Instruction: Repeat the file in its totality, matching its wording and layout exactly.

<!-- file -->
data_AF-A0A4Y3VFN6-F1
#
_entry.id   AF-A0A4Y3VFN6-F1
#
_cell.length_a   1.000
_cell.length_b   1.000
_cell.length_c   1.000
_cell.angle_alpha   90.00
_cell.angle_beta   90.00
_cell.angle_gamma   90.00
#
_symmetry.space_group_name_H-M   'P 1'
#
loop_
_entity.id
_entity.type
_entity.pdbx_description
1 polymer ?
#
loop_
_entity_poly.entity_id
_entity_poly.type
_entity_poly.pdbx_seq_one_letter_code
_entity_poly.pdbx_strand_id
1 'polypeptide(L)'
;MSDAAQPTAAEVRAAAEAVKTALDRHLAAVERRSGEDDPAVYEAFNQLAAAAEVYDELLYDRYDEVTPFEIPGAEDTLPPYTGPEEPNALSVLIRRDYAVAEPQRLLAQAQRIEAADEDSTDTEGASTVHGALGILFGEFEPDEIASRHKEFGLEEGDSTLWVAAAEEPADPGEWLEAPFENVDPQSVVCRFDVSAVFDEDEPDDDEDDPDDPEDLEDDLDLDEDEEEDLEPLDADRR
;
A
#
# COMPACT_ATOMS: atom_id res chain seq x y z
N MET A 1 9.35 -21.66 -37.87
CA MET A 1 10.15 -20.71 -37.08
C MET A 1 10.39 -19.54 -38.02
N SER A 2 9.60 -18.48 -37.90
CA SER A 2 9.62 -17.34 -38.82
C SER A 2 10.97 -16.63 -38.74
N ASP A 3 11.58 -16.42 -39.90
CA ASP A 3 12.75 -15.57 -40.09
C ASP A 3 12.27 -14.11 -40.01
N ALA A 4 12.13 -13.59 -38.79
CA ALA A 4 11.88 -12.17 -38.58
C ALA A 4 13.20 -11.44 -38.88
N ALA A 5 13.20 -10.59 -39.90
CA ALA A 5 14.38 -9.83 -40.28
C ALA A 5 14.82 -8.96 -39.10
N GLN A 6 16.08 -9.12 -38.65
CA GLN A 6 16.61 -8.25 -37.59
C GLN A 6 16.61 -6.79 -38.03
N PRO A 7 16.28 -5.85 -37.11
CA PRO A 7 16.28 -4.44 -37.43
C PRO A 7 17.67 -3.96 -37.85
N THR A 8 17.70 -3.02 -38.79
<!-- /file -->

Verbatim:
data_AF-A0A4Y3VFN6-F1
#
_entry.id   AF-A0A4Y3VFN6-F1
#
_cell.length_a   1.000
_cell.length_b   1.000
_cell.length_c   1.000
_cell.angle_alpha   90.00
_cell.angle_beta   90.00
_cell.angle_gamma   90.00
#
_symmetry.space_group_name_H-M   'P 1'
#
loop_
_entity.id
_entity.type
_entity.pdbx_description
1 polymer ?
#
loop_
_entity_poly.entity_id
_entity_poly.type
_entity_poly.pdbx_seq_one_letter_code
_entity_poly.pdbx_strand_id
1 'polypeptide(L)'
;MSDAAQPTAAEVRAAAEAVKTALDRHLAAVERRSGEDDPAVYEAFNQLAAAAEVYDELLYDRYDEVTPFEIPGAEDTLPPYTGPEEPNALSVLIRRDYAVAEPQRLLAQAQRIEAADEDSTDTEGASTVHGALGILFGEFEPDEIASRHKEFGLEEGDSTLWVAAAEEPADPGEWLEAPFENVDPQSVVCRFDVSAVFDEDEPDDDEDDPDDPEDLEDDLDLDEDEEEDLEPLDADRR
;
A
#
# COMPACT_ATOMS: atom_id res chain seq x y z
N MET A 1 9.35 -21.66 -37.87
CA MET A 1 10.15 -20.71 -37.08
C MET A 1 10.39 -19.54 -38.02
N SER A 2 9.60 -18.48 -37.90
CA SER A 2 9.62 -17.34 -38.82
C SER A 2 10.97 -16.63 -38.74
N ASP A 3 11.58 -16.42 -39.90
CA ASP A 3 12.75 -15.57 -40.09
C ASP A 3 12.27 -14.11 -40.01
N ALA A 4 12.13 -13.59 -38.79
CA ALA A 4 11.88 -12.17 -38.58
C ALA A 4 13.20 -11.44 -38.88
N ALA A 5 13.20 -10.59 -39.90
CA ALA A 5 14.38 -9.83 -40.28
C ALA A 5 14.82 -8.96 -39.10
N GLN A 6 16.08 -9.12 -38.65
CA GLN A 6 16.61 -8.25 -37.59
C GLN A 6 16.61 -6.79 -38.03
N PRO A 7 16.28 -5.85 -37.11
CA PRO A 7 16.28 -4.44 -37.43
C PRO A 7 17.67 -3.96 -37.85
N THR A 8 17.70 -3.02 -38.79